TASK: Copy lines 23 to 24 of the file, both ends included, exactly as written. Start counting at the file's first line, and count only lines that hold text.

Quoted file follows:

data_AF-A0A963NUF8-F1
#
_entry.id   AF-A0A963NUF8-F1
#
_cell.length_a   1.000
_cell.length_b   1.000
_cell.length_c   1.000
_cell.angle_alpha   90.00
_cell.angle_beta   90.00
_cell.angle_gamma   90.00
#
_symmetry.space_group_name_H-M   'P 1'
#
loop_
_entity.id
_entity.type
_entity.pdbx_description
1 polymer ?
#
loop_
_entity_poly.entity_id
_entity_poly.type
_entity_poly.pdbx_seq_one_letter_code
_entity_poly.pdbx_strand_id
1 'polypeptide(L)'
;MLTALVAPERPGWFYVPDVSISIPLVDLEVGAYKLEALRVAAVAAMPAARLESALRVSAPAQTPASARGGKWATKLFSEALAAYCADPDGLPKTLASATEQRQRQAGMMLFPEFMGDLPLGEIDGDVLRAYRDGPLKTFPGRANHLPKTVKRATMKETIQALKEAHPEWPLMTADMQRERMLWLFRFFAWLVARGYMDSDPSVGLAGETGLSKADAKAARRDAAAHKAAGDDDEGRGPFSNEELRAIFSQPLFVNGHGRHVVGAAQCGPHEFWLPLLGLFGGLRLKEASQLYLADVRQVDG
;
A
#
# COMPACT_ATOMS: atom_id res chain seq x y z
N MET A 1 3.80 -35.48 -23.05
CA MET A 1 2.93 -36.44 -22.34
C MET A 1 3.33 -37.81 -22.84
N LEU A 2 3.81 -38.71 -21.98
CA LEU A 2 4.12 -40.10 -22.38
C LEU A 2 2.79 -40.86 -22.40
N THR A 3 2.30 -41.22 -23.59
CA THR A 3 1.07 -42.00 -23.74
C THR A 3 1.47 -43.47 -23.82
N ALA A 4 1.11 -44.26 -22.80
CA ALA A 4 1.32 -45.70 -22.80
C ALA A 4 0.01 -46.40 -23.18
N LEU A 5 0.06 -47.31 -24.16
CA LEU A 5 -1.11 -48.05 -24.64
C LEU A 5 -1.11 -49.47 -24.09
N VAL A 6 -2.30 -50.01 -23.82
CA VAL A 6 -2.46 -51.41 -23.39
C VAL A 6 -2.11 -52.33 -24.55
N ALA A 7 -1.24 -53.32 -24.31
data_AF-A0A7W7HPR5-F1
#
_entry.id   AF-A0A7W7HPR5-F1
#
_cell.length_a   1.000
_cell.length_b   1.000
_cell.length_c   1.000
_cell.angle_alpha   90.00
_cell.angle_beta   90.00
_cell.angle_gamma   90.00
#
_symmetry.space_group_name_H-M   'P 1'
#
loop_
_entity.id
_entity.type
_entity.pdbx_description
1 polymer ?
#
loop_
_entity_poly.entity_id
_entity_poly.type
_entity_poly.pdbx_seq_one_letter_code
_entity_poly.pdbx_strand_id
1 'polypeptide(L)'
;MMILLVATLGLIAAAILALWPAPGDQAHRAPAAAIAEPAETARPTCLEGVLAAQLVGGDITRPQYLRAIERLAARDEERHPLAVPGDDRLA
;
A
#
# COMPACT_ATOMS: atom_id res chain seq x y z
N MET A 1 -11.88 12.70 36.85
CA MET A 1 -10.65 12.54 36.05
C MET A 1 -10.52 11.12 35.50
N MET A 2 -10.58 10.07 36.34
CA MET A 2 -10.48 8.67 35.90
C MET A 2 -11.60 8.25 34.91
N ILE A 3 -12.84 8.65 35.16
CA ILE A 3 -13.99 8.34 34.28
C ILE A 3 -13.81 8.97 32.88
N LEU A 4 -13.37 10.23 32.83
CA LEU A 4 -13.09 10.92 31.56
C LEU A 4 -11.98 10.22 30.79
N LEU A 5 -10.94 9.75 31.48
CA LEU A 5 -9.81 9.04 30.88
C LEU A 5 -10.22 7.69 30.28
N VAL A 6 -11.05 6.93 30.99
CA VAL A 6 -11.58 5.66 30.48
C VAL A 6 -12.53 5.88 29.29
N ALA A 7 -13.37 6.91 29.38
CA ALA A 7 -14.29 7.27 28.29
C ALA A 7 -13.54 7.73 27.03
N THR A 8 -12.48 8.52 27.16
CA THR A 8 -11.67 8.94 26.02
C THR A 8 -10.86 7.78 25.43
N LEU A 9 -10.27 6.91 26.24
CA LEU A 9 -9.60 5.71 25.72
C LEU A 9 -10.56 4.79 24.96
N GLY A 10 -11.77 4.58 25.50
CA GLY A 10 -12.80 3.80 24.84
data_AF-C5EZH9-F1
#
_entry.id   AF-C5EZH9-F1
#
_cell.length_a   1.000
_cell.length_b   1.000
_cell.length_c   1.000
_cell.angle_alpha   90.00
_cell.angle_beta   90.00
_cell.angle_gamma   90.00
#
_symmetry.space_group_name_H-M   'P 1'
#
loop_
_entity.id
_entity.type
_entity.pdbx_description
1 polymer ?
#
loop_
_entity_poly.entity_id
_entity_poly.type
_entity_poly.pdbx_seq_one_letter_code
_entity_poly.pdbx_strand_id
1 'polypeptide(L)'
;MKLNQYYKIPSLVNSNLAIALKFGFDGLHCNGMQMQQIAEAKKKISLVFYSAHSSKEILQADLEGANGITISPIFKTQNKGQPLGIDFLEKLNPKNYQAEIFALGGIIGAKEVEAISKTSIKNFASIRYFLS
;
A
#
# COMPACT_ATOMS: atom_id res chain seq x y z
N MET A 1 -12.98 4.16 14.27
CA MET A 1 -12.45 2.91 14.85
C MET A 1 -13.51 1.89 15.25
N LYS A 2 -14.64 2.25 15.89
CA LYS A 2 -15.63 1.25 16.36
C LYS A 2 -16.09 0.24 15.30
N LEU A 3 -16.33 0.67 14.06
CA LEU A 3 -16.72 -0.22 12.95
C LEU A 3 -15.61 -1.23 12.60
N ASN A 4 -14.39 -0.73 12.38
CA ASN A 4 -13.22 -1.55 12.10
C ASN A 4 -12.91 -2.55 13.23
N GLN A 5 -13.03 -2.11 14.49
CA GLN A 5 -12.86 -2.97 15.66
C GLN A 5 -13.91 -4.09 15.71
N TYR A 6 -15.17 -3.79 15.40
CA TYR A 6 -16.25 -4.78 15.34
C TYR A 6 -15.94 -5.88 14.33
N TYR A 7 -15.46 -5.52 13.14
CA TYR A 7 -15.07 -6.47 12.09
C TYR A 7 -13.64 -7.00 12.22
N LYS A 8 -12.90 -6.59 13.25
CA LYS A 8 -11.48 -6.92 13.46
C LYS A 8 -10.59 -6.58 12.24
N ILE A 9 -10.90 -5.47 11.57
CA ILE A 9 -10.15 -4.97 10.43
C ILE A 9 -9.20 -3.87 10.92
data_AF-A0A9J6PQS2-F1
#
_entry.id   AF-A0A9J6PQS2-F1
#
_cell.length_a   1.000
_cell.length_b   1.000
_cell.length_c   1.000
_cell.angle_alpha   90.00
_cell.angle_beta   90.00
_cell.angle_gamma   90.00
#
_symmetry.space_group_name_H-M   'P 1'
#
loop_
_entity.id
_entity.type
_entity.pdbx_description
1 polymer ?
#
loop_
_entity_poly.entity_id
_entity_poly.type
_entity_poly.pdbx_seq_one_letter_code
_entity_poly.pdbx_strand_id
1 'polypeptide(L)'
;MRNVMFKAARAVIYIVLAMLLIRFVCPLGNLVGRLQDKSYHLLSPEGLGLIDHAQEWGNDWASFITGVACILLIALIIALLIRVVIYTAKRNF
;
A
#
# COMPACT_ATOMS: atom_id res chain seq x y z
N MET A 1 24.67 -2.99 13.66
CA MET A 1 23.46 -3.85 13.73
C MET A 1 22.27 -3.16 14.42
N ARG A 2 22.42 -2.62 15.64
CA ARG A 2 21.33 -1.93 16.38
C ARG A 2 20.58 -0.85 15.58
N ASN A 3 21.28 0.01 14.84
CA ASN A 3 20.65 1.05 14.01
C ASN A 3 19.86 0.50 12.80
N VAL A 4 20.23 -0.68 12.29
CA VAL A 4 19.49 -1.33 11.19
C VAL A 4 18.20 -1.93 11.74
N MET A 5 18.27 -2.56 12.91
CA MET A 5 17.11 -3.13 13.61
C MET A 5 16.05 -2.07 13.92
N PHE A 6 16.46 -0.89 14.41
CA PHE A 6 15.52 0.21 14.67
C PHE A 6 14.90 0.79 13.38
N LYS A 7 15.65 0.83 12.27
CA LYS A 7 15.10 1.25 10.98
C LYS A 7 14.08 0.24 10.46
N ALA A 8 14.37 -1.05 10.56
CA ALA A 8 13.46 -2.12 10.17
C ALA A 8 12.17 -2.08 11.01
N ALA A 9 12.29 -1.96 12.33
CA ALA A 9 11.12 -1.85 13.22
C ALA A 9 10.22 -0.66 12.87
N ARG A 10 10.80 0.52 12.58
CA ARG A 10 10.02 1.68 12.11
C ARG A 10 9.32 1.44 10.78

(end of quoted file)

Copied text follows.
_entity_poly.pdbx_seq_one_letter_code
_entity_poly.pdbx_strand_id